The third major constraint on the Raptor's ability to influence a war in the Pacific is that the fighter's design was heavily influenced by the need to prepare for a potential for a war against Warsaw Pact forces in Europe. The fighter was commissioned and conceptualised in the 1980s with the primary goal of defeating the Soviet fourth generation Su-27 over European battlefields, a role for which the F-15 fell short. The capabilities of the F-22, particularly its range, strongly reflect the needs of the Cold War European theatre more than any other - and the Raptor is until today better suited than any other NATO fighter to a potential war with Russia in Europe. In the Pacific theatre however the United States had never anticipated a near peer threat, with China in the 1980s relying primarily on the Vietnam War era J-7 for aerial warfare against which the F-15 and even the F-4E Phantom were more than adequate to ensure an advantage. While the Raptor has been pressed into service in the Pacific it was never designed for such a theatre - as reflected by its wholly inadequate range and resulting high reliance on aerial refuelling to reach its targets. As noted in a study by the RAND corporation think tank, this reliance on aerial refuelling has made Raptor highly vulnerable to becoming stranded should its non stealthy, bulky and highly vulnerable tankers be destroyed - a likely outcome should they attempt to ferry F-22s anywhere near Chinese territory. This lack of range and reliance on highly vulnerable and tankers which lack radar evading capabilities compromises the potential combat performance of the F-22 in Asia significantly. Indeed according to the study by RAND Cooperation, even if assuming highly unrealistic optimal conditions under which the F-22 were deployed and managed to score a perfect number of kills against Chinese fighters and no combat losses - the fleet would still ultimately be destroyed as remaining Chinese fighters would be able to target tankers and prevent the F-22s from returning to their bases once the American fighters had expended their ammunition. This would force the F-22s either to crash into the sea or land at Chinese bases. The lack of a naval variant of the F-22 meanwhile makes deployment from carriers closer to the Chinese coast, which would reduce or eliminate the need for tankers, impossible.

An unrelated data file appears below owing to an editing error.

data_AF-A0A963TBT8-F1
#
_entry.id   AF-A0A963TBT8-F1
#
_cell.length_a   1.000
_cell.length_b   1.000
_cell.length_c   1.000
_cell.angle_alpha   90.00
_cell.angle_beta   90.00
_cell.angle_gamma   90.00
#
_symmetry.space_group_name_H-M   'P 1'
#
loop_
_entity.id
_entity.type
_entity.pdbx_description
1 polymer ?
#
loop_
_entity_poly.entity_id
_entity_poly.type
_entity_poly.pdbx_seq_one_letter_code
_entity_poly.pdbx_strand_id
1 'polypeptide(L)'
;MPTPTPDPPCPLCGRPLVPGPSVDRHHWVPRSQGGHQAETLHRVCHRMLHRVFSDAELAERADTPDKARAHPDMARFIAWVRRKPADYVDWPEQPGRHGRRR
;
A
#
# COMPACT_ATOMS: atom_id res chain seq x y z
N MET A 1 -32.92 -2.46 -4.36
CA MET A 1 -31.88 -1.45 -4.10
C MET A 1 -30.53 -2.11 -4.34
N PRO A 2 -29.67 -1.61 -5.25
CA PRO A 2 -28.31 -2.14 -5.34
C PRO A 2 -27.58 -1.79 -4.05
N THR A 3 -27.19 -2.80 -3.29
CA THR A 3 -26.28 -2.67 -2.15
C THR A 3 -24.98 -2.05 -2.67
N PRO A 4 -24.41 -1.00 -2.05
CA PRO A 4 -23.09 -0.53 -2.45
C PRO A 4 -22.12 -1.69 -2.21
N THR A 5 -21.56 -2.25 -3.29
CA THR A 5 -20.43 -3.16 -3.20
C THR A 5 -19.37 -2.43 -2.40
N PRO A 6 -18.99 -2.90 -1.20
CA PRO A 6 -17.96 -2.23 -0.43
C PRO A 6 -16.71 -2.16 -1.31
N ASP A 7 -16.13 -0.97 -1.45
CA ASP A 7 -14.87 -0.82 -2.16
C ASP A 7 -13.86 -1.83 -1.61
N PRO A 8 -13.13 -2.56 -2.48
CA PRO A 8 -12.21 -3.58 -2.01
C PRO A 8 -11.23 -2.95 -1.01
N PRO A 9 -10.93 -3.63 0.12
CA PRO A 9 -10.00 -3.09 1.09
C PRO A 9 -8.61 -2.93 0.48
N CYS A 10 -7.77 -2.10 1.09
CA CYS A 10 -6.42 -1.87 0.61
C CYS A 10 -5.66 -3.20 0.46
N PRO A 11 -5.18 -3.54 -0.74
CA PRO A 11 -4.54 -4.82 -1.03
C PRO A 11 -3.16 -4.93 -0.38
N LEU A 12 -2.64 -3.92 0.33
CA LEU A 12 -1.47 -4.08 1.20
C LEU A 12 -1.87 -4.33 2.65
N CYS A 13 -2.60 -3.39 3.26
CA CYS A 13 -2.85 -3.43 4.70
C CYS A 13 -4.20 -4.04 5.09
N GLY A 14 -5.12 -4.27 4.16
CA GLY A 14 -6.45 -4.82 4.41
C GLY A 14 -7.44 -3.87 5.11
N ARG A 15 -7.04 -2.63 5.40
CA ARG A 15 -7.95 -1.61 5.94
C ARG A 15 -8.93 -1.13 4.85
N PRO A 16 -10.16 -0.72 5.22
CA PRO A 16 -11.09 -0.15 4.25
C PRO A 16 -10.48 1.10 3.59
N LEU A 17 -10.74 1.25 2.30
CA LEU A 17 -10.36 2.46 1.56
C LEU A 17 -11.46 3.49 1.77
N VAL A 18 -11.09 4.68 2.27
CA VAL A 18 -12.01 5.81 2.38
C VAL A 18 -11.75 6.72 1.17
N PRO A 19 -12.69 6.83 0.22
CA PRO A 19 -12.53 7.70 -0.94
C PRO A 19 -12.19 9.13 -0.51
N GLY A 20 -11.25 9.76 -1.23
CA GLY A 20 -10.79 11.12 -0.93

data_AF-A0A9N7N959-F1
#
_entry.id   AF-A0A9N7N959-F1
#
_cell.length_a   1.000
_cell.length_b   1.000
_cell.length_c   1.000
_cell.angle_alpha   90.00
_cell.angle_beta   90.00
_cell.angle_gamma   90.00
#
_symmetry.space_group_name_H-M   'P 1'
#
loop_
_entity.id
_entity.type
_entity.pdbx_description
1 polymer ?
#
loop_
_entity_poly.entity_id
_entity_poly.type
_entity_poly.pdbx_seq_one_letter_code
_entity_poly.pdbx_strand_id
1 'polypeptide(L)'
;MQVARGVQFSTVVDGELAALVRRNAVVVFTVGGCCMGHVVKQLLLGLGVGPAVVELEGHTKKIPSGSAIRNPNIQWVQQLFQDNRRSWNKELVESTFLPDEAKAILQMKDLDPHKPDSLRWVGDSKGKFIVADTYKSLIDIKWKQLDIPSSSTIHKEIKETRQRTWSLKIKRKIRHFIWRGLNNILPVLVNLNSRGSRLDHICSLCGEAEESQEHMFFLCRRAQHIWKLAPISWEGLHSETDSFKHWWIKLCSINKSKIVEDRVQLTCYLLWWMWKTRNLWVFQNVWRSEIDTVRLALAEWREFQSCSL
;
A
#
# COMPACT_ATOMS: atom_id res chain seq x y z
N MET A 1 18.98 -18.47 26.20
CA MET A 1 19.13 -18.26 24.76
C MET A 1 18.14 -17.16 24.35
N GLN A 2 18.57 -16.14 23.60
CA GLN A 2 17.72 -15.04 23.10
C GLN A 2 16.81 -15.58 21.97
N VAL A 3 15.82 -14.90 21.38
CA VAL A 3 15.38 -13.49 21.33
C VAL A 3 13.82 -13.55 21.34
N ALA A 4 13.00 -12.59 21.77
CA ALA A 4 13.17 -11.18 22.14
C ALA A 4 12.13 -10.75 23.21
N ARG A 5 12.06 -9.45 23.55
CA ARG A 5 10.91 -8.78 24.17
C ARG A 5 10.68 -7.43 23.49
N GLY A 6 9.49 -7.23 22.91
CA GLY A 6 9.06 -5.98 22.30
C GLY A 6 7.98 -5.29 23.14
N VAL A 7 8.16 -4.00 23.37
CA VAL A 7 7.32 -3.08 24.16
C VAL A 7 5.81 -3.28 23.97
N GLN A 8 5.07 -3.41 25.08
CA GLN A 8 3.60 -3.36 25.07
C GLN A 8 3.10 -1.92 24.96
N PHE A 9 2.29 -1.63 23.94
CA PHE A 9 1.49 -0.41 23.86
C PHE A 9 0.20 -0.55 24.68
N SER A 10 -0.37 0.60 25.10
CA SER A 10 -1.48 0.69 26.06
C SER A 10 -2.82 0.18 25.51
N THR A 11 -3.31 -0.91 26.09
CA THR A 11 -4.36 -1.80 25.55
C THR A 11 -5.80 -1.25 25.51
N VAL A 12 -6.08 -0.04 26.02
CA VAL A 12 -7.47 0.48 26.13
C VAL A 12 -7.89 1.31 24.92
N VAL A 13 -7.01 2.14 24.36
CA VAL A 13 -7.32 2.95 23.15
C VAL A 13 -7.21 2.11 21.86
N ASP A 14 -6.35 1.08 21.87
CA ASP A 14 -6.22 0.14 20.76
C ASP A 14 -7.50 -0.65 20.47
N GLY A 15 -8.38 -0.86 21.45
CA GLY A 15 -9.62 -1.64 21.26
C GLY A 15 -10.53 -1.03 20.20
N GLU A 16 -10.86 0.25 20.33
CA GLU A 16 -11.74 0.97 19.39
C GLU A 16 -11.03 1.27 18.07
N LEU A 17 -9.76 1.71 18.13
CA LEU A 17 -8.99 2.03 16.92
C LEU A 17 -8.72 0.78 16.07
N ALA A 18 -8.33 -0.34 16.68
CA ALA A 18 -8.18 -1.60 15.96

The J-20, though currently perhaps slightly less capable as an air superiority platform than the F-22, has been developed specifically for war in the Pacific theatre - retaining a considerably longer range than the Raptor. In its 2011 Annual Report to Congress the Pentagon described the J-20 as "a platform capable of long range, penetrating strikes into complex air defence environments" - reflecting both its formidable survivability as a fast, high flying and stealth jet and its long range and high payload ideally suited to an offensive role in the Pacific - putting U.S. facilities at considerable risk without a considerable need for tanker support. Coming at under a third of the F-22's cost, and based on a comparison of other Chinese jets to their American equivalents also requiring far less maintenance, there will be many times more J-20 jets in the skies over Asia than there will be Raptors in the entire world - with the Chinese fighter set to be built in considerably greater numbers, spend more time in the air for every hour of maintenance on the ground, and see their deployments concentrated to the Pacific theatre where the Raptors are scattered across the world. As a result it is likely that the J-20 fleet will outnumber the Raptors in the Pacific theatre by an order of magnitude if not more. Combined with highly similar capabilities today and applications of new upgrades at a far faster rate, the J-20 is set to be a more capable, more numerous and better specialised fighter to combat in the Pacific theatre - a possibly decisive game changer in the balance of power which the Raptor can never be.